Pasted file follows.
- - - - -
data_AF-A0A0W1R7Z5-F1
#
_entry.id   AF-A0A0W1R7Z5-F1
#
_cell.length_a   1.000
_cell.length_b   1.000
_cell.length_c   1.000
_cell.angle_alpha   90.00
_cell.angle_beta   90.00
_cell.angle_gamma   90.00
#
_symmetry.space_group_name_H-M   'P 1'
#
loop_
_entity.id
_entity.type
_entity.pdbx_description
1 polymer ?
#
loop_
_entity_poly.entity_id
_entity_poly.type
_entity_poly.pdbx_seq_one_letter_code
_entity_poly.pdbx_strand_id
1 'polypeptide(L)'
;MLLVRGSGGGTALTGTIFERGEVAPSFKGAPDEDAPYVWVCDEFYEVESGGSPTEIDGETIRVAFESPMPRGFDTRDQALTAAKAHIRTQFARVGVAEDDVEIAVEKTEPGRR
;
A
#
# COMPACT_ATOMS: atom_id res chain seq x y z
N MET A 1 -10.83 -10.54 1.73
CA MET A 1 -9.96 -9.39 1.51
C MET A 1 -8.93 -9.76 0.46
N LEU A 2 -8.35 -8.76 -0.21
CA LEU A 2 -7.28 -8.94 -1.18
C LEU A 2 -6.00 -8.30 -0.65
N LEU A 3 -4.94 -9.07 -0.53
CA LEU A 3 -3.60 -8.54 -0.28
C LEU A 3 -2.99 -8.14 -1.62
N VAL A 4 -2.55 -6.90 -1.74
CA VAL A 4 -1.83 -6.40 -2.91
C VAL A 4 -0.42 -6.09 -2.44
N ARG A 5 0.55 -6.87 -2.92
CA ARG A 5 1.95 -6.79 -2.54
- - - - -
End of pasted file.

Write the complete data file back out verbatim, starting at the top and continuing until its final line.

data_AF-A0A0W1R7Z5-F1
#
_entry.id   AF-A0A0W1R7Z5-F1
#
_cell.length_a   1.000
_cell.length_b   1.000
_cell.length_c   1.000
_cell.angle_alpha   90.00
_cell.angle_beta   90.00
_cell.angle_gamma   90.00
#
_symmetry.space_group_name_H-M   'P 1'
#
loop_
_entity.id
_entity.type
_entity.pdbx_description
1 polymer ?
#
loop_
_entity_poly.entity_id
_entity_poly.type
_entity_poly.pdbx_seq_one_letter_code
_entity_poly.pdbx_strand_id
1 'polypeptide(L)'
;MLLVRGSGGGTALTGTIFERGEVAPSFKGAPDEDAPYVWVCDEFYEVESGGSPTEIDGETIRVAFESPMPRGFDTRDQALTAAKAHIRTQFARVGVAEDDVEIAVEKTEPGRR
;
A
#
# COMPACT_ATOMS: atom_id res chain seq x y z
N MET A 1 -10.83 -10.54 1.73
CA MET A 1 -9.96 -9.39 1.51
C MET A 1 -8.93 -9.76 0.46
N LEU A 2 -8.35 -8.76 -0.21
CA LEU A 2 -7.28 -8.94 -1.18
C LEU A 2 -6.00 -8.30 -0.65
N LEU A 3 -4.94 -9.07 -0.53
CA LEU A 3 -3.60 -8.54 -0.28
C LEU A 3 -2.99 -8.14 -1.62
N VAL A 4 -2.55 -6.90 -1.74
CA VAL A 4 -1.83 -6.40 -2.91
C VAL A 4 -0.42 -6.09 -2.44
N ARG A 5 0.55 -6.87 -2.92
CA ARG A 5 1.95 -6.79 -2.54